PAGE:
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Long distance running – that track stretches out in front of even the most able of students. To improve and gain confidence, students need focus, goals and strategies.

But what are the best strategies for long distance track races? Is it just about training and ability or is there anything that you can do to achieve better performances through tactical race management?


Obvious it may be but your times will be quicker if you run a shorter distance. Given that many of your competitors will also be trying to stay as close as possible to the inside of the track, there are a few options that you can choose at the start of the race.

  • Front running – surge from the start and move to the inside of the track as quickly as possible. Reach the front of the lead group and then maintain your planned lap times. Be aware that you don’t need to be at the very front, just close enough to kick later and not get blocked by other runners.
  • Manage your race from the main group – without surging at the start, move to the inside with the main group of runners. Try not to get boxed in or too close to the runner in front of you. During your race, use the movement of your arms and elbows to dissuade other runners from getting too close.
  • Lead from the rear – this is most beneficial for those runners with a strong kick at the end of the race. Don’t fall too far back from the main group but allow them to fight for position and over-exert themselves as they bump and jostle with the other runners. Stay on the inside and move up as your lap times get faster towards the end of the race.


It may not be noticeable at first but if you lead a group of runners with clear air in front of you, some of your energy is taken up by parting the air for those behind you.

Try to keep close to one or two runners in front of you so that they are tasked with easing your movement through the air as they create a slipstream for you to use.

Although the benefits are marginal, close races can be decided by hundredths of second and having that extra bit of energy at the end of the race could make all the difference.


When passing other competitors, do so with confidence and a surge in pace that will allow you to go wide enough to avoid any blocking tactics.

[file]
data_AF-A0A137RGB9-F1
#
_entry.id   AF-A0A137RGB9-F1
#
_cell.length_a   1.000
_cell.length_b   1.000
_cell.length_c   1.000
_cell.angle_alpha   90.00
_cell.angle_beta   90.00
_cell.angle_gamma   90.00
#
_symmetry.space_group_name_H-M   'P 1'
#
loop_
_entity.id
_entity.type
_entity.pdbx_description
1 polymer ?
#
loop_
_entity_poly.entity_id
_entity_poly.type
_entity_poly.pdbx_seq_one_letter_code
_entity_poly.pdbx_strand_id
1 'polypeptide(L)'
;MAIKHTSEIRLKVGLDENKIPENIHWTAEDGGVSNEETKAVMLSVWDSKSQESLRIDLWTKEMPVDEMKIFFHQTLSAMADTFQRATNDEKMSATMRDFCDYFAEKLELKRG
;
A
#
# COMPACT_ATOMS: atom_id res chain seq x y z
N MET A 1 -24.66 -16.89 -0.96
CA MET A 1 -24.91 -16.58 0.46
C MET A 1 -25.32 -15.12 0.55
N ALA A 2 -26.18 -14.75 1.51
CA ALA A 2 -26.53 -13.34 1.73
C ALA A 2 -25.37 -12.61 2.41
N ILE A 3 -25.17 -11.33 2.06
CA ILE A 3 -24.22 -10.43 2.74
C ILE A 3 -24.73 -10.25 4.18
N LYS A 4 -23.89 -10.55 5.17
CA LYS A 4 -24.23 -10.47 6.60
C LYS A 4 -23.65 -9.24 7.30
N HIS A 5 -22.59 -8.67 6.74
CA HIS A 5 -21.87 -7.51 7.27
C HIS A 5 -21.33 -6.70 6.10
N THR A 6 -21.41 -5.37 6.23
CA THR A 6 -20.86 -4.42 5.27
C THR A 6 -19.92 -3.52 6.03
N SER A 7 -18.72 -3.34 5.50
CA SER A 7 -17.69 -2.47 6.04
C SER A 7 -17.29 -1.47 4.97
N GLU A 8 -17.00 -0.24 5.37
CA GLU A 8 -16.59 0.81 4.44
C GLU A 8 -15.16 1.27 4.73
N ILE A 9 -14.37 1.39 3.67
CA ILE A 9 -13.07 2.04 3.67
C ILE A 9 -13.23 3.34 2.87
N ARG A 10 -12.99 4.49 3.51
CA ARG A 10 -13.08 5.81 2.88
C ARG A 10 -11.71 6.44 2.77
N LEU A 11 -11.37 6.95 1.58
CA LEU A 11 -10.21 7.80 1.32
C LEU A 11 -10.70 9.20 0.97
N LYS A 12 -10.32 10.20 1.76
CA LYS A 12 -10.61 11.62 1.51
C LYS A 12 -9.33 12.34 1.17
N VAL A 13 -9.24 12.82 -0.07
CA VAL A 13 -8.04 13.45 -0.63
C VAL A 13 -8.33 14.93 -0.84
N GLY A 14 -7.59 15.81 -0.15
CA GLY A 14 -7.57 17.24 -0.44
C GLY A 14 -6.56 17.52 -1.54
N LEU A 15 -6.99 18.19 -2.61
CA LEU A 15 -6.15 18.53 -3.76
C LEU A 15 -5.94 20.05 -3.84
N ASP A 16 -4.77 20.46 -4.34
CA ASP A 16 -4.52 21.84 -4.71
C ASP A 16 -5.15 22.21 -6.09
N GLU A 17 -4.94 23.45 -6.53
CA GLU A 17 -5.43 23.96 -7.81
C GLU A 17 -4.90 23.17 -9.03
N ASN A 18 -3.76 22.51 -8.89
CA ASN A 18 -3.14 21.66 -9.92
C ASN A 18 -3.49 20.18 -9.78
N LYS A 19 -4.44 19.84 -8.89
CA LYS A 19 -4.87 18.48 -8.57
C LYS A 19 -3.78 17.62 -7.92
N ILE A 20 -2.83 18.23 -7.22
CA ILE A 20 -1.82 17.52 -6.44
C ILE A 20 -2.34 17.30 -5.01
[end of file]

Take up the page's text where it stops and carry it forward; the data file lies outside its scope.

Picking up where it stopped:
Running is not just about fitness and ability, mental fortitude and confidence play a big part in race success. If you pass a competitor with ease and without obvious effort, the impact on their confidence can be measured in seconds by the end of the race.

Surge past and then relax at your planned pace once you are a few strides in front of them. Practice moving your head slightly to expand your peripheral vision so that you can react with another small burst of speed should they immediately try to take back track position after you have passed them.

Also, try to overtake on corners. Runners often focus more on keeping to the inside that on competitors coming up alongside them on the outside. Use this to your advantage.


There are various options to use pacing to manage your race: even-split; positive-split; negative-split; sit-and-kick.

Try each of these during training to see which suits you best. There are positives and negatives to each style but some will suit you more than others.

Of course, you can also try a combination of pacing options during the race depending on what your competitors are doing. Sometimes an even-split tactic with regular surges to overtake and then relax back into the planned pace can be very effective in managing others out of the race.

While it’s universally accepted that a negative split (e.g. a race split into two, with the second half ran faster than the first) results in better performance (as supported by world records for races ranging from 1500m to marathons), this approach is often so simple that it doesn’t play to a runner’s full potential.

Train by splitting the races into two, three and four sections, each with differing paces – trialling and testing is key to discovering a mix that works for you.